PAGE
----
Tall, multistory structures called skyscrapers are made of steel, which is sturdier and lighter in weight than other building materials, such as brick and stone. In the late 1800s, when steel production became common, architects experimented with steel, forming it into long, thin pieces called girders. The first skyscrapers, built in the United States in the 1880s, were constructed using vertical columns and horizontal beams made from steel girders. This supporting skeleton allowed buildings to rise to 10 or more stories. Skyscrapers grew taller when designers began using bundled steel tubes instead of heavy girders.
Tube buildings, like Chicago’s Sears Tower, get most of their support from a stiff grid of steel columns and beams in their outer walls. The lighter weight pieces need less support, and so architects can 144 add more height. Additional beams can be placed diagonally for additional support while adding little extra weight. The girders and beams are bolted together and welded on all sides so that the building will not sway from side to side as a unit when there is wind.
As a boy, Benjamin Franklin was sharpening tools in his father’s yard when a stranger carrying an axe came by and praised the boy on how good he was with the grindstone. He then asked Franklin if he would show him how it would work on his own axe. Once his axe was sharpened, the stranger simply laughed and walked away, giving young Franklin a valuable lesson about people with “an axe to grind.”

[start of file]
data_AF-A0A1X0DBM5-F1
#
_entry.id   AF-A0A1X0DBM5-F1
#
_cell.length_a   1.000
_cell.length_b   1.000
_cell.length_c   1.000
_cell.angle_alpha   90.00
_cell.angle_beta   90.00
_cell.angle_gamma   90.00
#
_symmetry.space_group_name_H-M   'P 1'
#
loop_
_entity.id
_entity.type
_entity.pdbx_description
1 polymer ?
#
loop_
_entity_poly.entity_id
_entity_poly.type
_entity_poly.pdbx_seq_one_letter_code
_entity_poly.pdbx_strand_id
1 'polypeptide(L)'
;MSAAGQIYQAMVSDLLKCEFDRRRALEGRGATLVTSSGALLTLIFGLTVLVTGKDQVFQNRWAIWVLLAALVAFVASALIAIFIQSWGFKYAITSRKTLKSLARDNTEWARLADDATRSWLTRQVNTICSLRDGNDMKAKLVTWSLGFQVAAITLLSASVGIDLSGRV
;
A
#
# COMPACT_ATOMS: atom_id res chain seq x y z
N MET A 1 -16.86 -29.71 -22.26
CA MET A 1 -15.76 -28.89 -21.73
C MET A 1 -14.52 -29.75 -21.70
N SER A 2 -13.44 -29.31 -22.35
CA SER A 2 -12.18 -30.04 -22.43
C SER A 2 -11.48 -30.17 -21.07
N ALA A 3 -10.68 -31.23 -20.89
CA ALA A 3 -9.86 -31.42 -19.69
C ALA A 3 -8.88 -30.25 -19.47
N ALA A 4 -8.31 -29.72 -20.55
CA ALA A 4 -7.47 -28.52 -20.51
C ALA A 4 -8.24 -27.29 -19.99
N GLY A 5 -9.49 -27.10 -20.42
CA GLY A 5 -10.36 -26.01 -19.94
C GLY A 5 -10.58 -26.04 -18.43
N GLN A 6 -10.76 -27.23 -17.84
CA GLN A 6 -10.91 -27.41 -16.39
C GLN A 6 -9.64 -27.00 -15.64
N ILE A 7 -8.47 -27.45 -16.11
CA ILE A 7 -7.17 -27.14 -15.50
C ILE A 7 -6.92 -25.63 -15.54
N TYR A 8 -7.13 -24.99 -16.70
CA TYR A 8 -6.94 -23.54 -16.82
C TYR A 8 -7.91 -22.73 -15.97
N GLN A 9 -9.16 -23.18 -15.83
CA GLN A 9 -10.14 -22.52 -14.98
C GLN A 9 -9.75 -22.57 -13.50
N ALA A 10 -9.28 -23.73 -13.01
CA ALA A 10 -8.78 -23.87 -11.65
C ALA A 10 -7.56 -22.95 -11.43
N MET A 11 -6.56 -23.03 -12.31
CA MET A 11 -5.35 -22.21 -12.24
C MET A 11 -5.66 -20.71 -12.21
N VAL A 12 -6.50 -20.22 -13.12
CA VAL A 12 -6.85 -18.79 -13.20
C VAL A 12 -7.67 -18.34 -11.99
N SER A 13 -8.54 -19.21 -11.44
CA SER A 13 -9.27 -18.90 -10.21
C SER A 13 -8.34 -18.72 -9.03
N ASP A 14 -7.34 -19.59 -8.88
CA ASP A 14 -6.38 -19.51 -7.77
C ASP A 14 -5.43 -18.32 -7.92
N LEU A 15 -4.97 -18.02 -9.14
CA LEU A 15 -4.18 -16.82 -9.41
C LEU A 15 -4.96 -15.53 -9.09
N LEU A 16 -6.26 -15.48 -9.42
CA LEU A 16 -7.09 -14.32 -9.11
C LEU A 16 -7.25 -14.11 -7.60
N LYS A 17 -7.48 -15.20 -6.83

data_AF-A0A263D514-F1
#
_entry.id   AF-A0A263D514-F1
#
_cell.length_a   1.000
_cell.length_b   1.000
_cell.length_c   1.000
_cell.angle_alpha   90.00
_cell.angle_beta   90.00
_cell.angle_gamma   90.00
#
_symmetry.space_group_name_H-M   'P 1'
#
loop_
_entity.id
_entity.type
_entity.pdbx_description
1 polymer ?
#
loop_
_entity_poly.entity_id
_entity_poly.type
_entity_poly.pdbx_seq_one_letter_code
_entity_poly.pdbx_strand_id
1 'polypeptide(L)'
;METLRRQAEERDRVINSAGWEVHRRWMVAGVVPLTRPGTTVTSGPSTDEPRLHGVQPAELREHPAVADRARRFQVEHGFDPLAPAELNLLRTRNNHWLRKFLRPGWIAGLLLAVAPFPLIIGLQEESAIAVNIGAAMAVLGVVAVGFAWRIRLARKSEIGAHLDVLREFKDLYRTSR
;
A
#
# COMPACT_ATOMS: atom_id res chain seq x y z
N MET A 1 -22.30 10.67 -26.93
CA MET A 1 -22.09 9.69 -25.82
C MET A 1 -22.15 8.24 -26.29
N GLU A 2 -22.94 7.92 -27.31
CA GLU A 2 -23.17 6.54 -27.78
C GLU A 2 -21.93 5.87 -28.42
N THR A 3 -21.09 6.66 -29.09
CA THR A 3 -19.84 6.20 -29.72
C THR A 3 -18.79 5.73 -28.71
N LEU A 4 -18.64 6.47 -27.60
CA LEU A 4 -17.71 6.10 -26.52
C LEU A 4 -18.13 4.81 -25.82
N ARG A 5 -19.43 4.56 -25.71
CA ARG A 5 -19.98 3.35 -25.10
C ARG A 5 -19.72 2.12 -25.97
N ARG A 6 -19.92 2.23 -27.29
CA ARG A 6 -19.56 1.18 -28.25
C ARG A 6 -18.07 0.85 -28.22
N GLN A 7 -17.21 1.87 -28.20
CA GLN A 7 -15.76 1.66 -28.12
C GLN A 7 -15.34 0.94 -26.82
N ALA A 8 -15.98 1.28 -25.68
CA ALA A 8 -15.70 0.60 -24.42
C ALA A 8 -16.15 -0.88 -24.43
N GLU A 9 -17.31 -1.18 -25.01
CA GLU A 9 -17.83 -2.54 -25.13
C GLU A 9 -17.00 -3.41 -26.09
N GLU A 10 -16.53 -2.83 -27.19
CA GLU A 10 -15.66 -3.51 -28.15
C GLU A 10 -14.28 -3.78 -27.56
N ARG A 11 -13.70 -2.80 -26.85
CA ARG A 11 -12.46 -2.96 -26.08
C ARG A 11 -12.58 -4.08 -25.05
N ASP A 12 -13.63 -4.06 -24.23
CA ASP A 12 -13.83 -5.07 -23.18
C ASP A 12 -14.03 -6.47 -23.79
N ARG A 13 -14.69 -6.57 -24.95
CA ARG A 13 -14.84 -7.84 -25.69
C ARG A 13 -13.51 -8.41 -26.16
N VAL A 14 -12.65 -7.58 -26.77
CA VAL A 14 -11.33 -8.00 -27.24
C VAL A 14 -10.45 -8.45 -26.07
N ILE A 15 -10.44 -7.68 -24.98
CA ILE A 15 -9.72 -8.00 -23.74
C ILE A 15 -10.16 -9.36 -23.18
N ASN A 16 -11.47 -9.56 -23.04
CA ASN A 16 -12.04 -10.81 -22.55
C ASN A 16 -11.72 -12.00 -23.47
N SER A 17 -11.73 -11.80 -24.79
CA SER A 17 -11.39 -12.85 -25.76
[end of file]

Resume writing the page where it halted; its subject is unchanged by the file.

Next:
The custom of dressing baby boys in blue clothes began around 1400. Blue was the colour of the sky and therefore Heaven, so it was believed that the colour warded off evil spirits. Male children were considered a greater blessing than females, so it was assumed that demons had no interest in girls.
It was another hundred years before girls were given red as a colour, which was later softened to pink.
“Hanging out” usually means getting together for no particular reason other than to pass time and see what’s happening. The expression comes from a time before commercial signs, when English shopkeepers set up poles in front of their stores from which they would hang flags describing their goods. These flags were called hangouts, and they became a place where people would stop to linger and gossip with their friends.